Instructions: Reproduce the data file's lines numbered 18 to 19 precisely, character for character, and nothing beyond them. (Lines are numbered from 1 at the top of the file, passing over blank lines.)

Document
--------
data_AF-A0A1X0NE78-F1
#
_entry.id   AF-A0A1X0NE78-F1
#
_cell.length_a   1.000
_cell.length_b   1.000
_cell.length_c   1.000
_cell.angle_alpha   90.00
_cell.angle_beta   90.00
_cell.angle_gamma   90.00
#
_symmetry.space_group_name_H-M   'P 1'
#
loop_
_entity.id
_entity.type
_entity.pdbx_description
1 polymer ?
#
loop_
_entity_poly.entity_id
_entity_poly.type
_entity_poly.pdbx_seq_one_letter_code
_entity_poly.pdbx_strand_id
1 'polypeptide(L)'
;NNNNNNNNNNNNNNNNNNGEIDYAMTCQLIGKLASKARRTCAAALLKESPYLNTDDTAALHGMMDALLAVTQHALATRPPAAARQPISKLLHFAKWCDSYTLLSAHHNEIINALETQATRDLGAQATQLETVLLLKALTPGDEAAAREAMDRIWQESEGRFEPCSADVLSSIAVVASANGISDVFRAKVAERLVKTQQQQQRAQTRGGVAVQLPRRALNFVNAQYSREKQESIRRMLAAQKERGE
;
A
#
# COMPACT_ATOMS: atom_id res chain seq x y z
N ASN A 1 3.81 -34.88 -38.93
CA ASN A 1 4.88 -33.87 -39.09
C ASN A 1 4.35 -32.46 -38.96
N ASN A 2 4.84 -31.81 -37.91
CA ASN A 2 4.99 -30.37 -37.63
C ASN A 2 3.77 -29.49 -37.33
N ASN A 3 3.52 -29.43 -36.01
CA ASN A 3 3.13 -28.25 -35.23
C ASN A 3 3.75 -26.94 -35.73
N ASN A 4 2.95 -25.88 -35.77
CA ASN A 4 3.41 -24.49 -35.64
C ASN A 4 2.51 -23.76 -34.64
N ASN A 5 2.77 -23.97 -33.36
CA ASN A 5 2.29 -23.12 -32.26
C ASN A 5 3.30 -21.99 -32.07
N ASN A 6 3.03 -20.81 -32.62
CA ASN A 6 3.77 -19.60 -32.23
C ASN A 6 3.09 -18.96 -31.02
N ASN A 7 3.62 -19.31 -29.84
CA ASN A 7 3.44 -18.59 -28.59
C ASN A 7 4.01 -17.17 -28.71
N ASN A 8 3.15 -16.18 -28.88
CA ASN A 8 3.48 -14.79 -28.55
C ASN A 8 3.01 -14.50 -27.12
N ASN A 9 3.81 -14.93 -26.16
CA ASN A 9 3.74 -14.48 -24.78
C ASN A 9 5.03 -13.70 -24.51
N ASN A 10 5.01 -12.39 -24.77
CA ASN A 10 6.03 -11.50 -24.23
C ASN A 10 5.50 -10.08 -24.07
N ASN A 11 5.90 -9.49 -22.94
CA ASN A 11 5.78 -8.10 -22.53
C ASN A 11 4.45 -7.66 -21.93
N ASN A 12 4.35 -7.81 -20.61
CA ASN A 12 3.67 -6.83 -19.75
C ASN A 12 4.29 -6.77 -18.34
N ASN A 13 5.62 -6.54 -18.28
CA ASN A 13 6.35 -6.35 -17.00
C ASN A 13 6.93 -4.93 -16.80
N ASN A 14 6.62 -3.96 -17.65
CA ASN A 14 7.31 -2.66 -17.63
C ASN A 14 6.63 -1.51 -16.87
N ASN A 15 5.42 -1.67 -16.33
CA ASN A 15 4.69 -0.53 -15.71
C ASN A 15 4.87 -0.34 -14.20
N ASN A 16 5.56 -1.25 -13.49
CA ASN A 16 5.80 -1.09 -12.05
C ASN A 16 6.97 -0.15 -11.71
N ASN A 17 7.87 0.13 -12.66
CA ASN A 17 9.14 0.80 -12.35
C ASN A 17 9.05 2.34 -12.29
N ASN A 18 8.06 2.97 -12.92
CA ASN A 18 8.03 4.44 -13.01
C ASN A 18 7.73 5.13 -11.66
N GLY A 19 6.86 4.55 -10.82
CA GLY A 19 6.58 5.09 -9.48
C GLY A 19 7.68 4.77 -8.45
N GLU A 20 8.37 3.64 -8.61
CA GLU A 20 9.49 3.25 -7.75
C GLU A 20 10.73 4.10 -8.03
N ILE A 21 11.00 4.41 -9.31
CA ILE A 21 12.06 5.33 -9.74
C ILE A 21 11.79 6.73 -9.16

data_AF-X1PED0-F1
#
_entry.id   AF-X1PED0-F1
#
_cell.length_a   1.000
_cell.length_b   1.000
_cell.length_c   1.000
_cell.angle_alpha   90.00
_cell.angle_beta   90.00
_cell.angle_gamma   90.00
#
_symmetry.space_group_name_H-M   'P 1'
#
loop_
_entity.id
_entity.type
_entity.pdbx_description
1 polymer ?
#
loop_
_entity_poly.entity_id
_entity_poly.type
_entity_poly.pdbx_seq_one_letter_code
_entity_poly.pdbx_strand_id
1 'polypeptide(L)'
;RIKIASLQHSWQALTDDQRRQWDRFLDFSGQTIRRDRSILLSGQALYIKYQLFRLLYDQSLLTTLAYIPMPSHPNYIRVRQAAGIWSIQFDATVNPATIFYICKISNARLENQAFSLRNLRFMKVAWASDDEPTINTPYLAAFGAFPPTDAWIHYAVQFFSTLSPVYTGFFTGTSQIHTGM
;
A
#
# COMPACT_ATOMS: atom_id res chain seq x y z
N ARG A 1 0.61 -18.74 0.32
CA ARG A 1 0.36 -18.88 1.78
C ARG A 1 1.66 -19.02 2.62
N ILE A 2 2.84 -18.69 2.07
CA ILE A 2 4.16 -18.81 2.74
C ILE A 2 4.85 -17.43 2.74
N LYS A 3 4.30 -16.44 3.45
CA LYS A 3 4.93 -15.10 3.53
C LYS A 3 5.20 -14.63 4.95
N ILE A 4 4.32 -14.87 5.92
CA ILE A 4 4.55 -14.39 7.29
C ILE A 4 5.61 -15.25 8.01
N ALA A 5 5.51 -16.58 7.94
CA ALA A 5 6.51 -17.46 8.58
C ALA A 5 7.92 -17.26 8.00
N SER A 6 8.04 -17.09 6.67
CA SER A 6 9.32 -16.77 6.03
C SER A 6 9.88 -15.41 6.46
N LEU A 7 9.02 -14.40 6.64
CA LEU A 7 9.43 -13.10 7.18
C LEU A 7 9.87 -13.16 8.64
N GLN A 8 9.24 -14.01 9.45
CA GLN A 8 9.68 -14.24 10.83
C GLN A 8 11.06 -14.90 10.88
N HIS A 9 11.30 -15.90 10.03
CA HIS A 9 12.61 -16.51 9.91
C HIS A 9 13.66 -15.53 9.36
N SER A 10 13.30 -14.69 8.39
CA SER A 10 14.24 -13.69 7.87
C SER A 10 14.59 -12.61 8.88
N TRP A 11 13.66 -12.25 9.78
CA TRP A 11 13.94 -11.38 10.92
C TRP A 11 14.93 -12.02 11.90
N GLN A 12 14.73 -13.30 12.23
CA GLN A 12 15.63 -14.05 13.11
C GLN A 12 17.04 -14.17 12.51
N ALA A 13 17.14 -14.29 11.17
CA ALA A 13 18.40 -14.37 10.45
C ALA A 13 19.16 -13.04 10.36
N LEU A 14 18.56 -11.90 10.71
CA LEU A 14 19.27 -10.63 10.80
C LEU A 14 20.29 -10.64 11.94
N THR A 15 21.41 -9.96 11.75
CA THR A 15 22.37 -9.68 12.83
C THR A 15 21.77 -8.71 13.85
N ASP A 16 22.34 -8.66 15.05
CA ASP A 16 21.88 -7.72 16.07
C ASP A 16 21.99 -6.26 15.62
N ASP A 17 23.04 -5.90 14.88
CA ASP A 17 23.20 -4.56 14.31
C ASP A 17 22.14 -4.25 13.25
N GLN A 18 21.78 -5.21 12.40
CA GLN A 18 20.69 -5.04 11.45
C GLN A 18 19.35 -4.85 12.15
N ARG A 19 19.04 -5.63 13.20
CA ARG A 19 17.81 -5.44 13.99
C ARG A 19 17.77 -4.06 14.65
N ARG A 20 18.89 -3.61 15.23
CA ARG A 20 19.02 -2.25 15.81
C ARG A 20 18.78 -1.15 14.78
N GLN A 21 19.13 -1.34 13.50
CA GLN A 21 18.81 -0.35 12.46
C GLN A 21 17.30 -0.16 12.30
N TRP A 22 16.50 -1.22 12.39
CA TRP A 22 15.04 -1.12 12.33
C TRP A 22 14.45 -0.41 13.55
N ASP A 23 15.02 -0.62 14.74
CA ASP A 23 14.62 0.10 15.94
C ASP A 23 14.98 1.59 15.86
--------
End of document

1 polymer ?
#